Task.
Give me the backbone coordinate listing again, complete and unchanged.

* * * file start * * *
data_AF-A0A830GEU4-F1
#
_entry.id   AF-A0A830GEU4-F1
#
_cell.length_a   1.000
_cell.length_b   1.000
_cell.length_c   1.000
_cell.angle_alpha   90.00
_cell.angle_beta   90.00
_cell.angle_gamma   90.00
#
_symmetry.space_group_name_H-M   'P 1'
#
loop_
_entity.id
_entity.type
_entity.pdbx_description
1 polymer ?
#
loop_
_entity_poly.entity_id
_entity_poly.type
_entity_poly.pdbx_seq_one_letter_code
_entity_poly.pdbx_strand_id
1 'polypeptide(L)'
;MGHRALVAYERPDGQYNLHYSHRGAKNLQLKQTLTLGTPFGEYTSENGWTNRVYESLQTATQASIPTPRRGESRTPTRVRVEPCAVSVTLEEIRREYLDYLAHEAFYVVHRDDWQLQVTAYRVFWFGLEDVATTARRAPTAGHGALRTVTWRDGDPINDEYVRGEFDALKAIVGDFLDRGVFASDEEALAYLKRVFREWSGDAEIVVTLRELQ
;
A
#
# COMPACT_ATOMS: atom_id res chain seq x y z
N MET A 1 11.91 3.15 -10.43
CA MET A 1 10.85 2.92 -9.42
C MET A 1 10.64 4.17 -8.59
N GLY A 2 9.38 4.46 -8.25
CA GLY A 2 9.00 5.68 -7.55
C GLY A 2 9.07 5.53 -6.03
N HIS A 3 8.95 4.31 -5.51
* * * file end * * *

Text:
data_AF-A0A830GEU4-F1
#
_entry.id   AF-A0A830GEU4-F1
#
_cell.length_a   1.000
_cell.length_b   1.000
_cell.length_c   1.000
_cell.angle_alpha   90.00
_cell.angle_beta   90.00
_cell.angle_gamma   90.00
#
_symmetry.space_group_name_H-M   'P 1'
#
loop_
_entity.id
_entity.type
_entity.pdbx_description
1 polymer ?
#
loop_
_entity_poly.entity_id
_entity_poly.type
_entity_poly.pdbx_seq_one_letter_code
_entity_poly.pdbx_strand_id
1 'polypeptide(L)'
;MGHRALVAYERPDGQYNLHYSHRGAKNLQLKQTLTLGTPFGEYTSENGWTNRVYESLQTATQASIPTPRRGESRTPTRVRVEPCAVSVTLEEIRREYLDYLAHEAFYVVHRDDWQLQVTAYRVFWFGLEDVATTARRAPTAGHGALRTVTWRDGDPINDEYVRGEFDALKAIVGDFLDRGVFASDEEALAYLKRVFREWSGDAEIVVTLRELQ
;
A
#
# COMPACT_ATOMS: atom_id res chain seq x y z
N MET A 1 11.91 3.15 -10.43
CA MET A 1 10.85 2.92 -9.42
C MET A 1 10.64 4.17 -8.59
N GLY A 2 9.38 4.46 -8.25
CA GLY A 2 9.00 5.68 -7.55
C GLY A 2 9.07 5.53 -6.03
N HIS A 3 8.95 4.31 -5.51